"It's all about power," said Theodore R. Sizer, a professor of education at Brown University, "and it's a shift in power. Once you're clear on who decides what, then you organize things in order to reflect that reality."

"It's a very linear notion of schooling, which is orderly," he cautioned. "But learning isn't orderly."

Still others suggest that systemic change may indicate a maturation in thinking about how educational improvements occur but that it is a far cry from a deep understanding of how the "system" works.

"Systemic change is beautifully chosen," quipped John I. Goodlad, a professor of education at the University of Washington, "because policymakers are only interested in the systemics of education; they're not interested in the substance."

"It is a progression," he added, "that you can't just drop a bill into the educational system without its having an impact on other things. But it's a far cry from what the sociologist means by systemic."

Indeed, Seymour B. Sarason, a professor of psychology emeritus at Yale University, argued in his 1990 book, The Predictable Failure of School Reform, that policymakers' "superficial conceptions" about how complicated settings are organized have led to the intractability of schools to reform.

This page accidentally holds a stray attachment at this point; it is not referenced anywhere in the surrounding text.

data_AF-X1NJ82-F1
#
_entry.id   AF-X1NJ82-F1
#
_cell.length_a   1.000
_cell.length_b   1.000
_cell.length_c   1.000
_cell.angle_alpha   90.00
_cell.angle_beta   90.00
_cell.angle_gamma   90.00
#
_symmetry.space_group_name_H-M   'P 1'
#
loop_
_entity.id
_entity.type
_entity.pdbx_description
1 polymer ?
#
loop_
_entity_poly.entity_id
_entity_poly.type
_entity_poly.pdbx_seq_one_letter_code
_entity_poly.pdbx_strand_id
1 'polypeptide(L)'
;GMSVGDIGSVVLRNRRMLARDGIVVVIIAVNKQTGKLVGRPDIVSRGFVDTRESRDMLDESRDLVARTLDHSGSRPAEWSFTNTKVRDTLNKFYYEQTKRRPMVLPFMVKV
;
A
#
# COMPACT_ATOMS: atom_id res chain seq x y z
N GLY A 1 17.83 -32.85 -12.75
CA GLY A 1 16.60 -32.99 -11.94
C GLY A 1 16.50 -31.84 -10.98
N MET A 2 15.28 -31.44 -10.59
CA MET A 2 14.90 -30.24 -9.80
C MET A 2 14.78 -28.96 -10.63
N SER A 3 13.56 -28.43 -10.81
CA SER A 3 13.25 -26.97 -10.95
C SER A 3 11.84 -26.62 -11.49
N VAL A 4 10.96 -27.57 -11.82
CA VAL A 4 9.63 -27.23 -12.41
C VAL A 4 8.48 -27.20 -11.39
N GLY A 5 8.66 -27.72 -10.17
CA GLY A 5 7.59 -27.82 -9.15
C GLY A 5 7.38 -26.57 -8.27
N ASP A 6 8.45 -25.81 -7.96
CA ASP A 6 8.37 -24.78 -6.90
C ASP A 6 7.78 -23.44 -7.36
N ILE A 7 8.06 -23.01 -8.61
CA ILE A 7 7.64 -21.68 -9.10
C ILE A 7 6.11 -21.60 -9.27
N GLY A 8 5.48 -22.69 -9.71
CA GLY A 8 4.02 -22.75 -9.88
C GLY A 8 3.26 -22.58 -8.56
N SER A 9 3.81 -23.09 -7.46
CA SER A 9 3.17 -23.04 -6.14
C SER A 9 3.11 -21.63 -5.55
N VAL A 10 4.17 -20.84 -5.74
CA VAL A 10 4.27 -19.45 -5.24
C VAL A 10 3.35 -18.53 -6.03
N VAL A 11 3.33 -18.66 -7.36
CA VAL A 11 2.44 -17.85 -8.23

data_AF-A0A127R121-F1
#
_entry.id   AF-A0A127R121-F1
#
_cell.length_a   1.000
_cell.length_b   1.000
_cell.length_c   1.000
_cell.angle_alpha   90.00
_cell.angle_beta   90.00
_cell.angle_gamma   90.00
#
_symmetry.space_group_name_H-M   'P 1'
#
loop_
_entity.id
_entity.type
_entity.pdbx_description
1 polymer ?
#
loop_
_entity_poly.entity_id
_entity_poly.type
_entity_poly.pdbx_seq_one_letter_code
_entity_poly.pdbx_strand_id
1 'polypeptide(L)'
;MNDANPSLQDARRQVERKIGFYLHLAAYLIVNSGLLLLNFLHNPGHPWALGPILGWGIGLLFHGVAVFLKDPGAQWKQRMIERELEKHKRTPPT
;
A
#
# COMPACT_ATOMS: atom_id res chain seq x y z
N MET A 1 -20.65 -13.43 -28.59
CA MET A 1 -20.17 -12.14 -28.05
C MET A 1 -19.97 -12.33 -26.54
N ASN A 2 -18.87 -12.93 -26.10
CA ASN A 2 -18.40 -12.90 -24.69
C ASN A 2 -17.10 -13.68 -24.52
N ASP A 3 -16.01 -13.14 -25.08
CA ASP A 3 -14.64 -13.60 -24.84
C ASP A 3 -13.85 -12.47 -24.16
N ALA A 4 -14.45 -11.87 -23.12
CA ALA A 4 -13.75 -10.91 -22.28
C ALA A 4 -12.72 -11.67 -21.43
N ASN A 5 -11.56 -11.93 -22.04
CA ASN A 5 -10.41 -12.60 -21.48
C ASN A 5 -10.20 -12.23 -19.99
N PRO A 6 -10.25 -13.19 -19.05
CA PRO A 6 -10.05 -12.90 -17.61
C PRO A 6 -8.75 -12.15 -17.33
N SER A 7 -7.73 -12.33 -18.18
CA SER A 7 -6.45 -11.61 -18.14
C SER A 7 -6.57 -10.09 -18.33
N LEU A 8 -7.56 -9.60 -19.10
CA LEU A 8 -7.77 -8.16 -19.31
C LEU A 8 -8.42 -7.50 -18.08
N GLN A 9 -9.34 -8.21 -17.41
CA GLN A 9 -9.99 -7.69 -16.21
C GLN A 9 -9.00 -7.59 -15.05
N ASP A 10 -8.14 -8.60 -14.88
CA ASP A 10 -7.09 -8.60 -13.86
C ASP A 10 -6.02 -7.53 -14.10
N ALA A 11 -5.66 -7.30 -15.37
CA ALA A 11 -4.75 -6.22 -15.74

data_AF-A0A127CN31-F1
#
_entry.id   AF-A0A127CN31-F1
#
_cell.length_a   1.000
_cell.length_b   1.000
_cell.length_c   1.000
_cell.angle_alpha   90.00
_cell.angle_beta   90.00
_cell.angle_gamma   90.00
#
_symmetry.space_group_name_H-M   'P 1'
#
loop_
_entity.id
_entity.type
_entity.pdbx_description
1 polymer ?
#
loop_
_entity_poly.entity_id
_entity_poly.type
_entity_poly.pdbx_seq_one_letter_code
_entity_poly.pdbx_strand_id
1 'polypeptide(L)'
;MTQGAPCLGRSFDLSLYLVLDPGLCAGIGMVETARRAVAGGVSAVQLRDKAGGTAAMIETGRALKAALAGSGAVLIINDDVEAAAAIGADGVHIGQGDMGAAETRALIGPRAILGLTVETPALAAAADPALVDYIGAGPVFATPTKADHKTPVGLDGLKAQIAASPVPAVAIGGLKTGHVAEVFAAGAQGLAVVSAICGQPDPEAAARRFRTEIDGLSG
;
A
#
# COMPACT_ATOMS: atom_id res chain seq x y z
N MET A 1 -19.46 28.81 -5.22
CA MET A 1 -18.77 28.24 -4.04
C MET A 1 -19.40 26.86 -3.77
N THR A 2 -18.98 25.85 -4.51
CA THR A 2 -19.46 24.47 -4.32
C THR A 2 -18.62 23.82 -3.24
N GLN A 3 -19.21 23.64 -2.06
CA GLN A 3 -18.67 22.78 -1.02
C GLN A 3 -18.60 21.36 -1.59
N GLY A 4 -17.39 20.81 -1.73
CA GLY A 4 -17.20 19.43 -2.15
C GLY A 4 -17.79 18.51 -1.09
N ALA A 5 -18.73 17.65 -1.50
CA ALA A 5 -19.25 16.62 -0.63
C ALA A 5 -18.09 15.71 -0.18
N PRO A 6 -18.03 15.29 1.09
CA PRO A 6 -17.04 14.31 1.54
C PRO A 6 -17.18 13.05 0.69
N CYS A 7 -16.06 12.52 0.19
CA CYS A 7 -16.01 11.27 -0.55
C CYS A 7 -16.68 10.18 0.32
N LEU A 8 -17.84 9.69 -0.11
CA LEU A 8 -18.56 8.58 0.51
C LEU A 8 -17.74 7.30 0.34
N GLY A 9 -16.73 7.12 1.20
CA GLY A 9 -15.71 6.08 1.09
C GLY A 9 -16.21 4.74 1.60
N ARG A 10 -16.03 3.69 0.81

"[W]hen I advocate a system approach to education reform," he wrote, "it is not because I think we now have the understanding of school systems we need to have or that whatever understanding we have tells us clearly where our starting points might be. Far from it."

"What I do assert," he continued, "is that school systems have been intractable to the reforms sought by reformers"—a "sad, brute fact" based on acceptance of school systems as they are.

Vol. 12, Issue 1, Page 1, 30

Published in Print: September 9, 1992, as Fed Up With Tinkering, Reformers Touting Systemic Approach